“Folie à deux. A French psychiatric term; Madness shared by two.”

NBC Hannibal / Hugh Dancy and Mads Mikkelsen

Throughout the series, two images haunt Will; The Stag and the Wendigo. (Note: There are many different speculations and interpretations of these, and I’m not claiming that mine is the ‘correct’ one - this is purely a narrative I find to resonate with my understanding of the characters and their dynamics.)

The Stag first appears after Will sees Cassie Boyle’s lifeless body impaled on a stag head in a field. As you will remember, this was a gift-wrapped murder by Hannibal - intending to guide Will in the right direction. The Stag persists to arise in Will’s dreams and hallucinations; beckoning him and nudging him onto specific paths. It is a visual representation of the influence that Hannibal holds over Will - the steering of the wheel, the pulling of the strings - as well as Garrett Jacob Hobbs’ lingering silhouette.

As Will slowly grows conscious of this influence, The Stag transforms into a new figure; the Wendigo.

NBC Hannibal

The Wendigo comes from the Algonquian legend. In its origin, it has been described as a monster with human characteristics or a spirit which possesses a human to make them monstrous and invoke them into greed, murder, and cannibalism. Through history, psychiatrists have referred to those who experience intense craving of human flesh as to be under a “Wendigo Psychosis” - as many would claim to be possessed by the spirit of the legend.

In the opening scene of Savoureux (1.13, the final episode of season one) Will is hunting The Stag in his dream. Just before he wakes up in a sweat, The Stag shapeshifts into the Wendigo. The fire is getting closer. Throughout the episode he sees the Wendigo twice more, lurking over him. But it isn’t until Hassun (2.3) that Hannibal takes its form. The Wendigo represents hunger and greed. It is Hannibal's raw and naturalistic desire of Will, and the power he holds above him.

Ko No Mono (2.11) opens up on the Wendigo approaching a wounded Stag in the frosty forest. The Stag wails in anguish as a body emerges from its belly - the body of an antlered Will Graham.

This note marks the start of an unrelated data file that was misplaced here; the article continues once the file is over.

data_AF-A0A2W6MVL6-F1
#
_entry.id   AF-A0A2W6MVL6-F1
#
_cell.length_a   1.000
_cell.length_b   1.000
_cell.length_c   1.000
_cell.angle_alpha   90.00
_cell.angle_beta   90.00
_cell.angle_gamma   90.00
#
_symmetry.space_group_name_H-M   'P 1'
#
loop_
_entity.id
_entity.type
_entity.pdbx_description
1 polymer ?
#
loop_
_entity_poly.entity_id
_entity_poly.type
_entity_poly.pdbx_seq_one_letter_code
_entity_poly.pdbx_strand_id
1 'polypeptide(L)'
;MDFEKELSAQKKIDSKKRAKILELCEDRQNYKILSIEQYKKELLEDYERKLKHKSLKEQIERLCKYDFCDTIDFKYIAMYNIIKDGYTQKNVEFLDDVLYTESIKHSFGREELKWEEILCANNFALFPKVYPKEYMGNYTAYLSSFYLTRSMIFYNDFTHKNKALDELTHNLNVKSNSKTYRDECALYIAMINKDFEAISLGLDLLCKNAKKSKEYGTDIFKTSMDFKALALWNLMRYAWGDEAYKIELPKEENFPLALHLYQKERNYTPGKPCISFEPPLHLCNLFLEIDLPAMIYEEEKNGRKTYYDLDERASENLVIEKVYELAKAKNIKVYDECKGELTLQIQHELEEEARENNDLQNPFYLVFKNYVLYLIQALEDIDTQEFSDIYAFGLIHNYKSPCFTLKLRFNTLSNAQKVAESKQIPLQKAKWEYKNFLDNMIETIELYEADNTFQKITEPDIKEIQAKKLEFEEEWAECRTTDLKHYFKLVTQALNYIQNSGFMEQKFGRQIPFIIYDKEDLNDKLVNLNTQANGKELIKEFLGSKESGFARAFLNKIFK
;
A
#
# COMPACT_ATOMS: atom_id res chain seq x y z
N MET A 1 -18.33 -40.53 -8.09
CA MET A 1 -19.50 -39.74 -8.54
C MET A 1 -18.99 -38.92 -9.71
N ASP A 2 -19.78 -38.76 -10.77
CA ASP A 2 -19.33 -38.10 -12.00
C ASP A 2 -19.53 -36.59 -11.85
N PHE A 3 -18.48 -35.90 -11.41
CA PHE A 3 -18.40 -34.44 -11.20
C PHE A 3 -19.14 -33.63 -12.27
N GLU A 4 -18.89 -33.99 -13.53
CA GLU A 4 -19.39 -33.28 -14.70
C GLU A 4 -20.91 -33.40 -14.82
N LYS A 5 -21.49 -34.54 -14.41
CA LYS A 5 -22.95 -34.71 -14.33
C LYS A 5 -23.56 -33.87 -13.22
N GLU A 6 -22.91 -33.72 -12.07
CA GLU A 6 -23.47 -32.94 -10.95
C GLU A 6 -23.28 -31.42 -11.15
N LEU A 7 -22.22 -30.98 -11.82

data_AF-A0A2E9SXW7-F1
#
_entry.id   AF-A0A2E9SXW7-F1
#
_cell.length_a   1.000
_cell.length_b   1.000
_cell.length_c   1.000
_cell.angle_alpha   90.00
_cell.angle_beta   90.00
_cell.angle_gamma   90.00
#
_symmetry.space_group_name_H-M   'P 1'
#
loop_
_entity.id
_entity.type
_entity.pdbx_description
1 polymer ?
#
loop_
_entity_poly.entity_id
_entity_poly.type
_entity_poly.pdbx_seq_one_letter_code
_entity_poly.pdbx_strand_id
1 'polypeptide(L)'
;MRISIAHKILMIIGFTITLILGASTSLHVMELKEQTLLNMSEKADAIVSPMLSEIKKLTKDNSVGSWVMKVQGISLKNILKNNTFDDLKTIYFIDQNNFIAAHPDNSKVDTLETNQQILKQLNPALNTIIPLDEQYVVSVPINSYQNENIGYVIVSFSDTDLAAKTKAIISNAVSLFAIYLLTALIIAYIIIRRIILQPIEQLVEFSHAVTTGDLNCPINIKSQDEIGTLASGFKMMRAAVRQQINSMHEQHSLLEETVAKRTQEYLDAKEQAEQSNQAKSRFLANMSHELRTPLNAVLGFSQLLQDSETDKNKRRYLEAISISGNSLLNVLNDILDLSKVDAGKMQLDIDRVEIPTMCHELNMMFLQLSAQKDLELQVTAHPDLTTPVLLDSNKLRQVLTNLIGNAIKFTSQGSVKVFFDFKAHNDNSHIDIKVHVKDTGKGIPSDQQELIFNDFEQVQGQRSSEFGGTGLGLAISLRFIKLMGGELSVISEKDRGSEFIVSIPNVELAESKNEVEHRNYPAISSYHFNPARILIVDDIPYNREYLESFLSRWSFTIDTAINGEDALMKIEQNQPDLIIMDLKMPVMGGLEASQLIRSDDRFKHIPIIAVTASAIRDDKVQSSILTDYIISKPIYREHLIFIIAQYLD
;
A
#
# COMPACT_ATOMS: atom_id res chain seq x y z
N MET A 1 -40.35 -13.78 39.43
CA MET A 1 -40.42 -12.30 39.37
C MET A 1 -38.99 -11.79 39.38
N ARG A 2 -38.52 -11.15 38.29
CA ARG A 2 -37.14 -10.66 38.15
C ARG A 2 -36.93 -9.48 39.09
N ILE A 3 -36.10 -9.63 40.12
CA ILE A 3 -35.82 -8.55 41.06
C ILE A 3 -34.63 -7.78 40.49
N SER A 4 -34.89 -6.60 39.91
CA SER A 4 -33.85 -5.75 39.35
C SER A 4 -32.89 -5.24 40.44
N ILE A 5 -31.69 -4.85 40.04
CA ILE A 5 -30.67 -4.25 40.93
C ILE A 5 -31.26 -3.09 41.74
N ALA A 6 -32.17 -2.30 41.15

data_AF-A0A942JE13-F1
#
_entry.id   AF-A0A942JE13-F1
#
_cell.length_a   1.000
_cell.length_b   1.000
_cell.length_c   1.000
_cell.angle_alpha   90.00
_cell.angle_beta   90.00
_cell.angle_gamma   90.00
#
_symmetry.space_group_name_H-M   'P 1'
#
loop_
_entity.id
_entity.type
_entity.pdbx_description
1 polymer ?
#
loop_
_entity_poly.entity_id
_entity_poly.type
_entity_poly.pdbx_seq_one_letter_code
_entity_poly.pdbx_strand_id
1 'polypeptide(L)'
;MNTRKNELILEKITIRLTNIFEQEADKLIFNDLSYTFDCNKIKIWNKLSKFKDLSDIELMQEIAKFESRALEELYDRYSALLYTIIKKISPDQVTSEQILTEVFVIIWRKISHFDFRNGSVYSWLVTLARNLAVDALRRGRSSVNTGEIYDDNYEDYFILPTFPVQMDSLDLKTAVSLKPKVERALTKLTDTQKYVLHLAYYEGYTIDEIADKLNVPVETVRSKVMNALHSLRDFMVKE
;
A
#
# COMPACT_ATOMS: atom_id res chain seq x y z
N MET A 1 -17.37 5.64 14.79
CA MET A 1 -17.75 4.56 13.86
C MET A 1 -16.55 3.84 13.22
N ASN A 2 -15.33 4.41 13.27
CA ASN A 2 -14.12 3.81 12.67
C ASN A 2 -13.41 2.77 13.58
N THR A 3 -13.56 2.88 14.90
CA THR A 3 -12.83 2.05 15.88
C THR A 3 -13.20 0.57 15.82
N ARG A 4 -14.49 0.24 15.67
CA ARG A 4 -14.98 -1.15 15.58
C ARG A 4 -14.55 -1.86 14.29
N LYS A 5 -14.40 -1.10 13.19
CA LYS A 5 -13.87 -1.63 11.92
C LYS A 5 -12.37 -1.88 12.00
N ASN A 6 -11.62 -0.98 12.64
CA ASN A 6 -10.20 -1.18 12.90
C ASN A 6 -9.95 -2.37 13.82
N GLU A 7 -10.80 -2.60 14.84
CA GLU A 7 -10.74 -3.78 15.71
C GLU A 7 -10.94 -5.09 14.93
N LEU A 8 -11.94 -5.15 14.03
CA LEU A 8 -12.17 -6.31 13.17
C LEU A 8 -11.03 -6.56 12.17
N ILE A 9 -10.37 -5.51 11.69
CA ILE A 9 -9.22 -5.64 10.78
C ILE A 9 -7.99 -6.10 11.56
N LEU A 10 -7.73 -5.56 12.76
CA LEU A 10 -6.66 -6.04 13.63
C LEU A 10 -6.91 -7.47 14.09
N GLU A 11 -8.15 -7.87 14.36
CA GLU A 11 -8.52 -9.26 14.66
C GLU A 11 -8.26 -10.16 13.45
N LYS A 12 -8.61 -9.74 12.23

This is his becoming.

“We’re conjoined. I’m curious whether either of us can survive separation.”

NBC Hannibal / Hugh Dancy

Faced with the darkness within him, Will has collided with Hannibal. And although Hannibal may be the devil of the two, his affection for Will is profound and sincere. This bond goes way beyond that of ‘from enemies to lovers’ - it is a madness shared by two; a constant spiral of desire and destruction - of preying and devouring.

They cannot live with one another - nor can they live without one another. And so, they must fall with each other.

I so clearly remember the night the final acts of the third season of Hannibal played out before me for the first time; hurdled up in my covers, headphones hugging my ears tight, heartbeats hurrying as I held my breath still. It was as if I could feel every fragment, every molecule, every vibration running through the two. It was as if I, engulfed and confronted by Hannibal Lecter's darkness, had met my own becoming.

I have spent years digesting the delicacy that is Will Graham and Hannibal Lecter. And every time I ingest it, I discover new layers and nuances to its texture and taste - in presentation and creation. Despite the many tries to copy its recipe, no one has come even close to replicate the entirety of the experience that consuming it is. It is quite simply a speciality that remains unmatched.

NBC Hannibal / Mads Mikkelsen and Hugh Dancy

If you want to support this piece and my work, please consider sharing it online - or even leave a tip! Your support means the world to me <3

Do you want to discuss this further? Hit me up on Twitter at @evitacreates, or on Instagram at @MalinEvita - I would love to hear your thoughts!

Read more by Malin Evita:

tv review

About the Creator

malin evita

Creator of Making It: Women in Film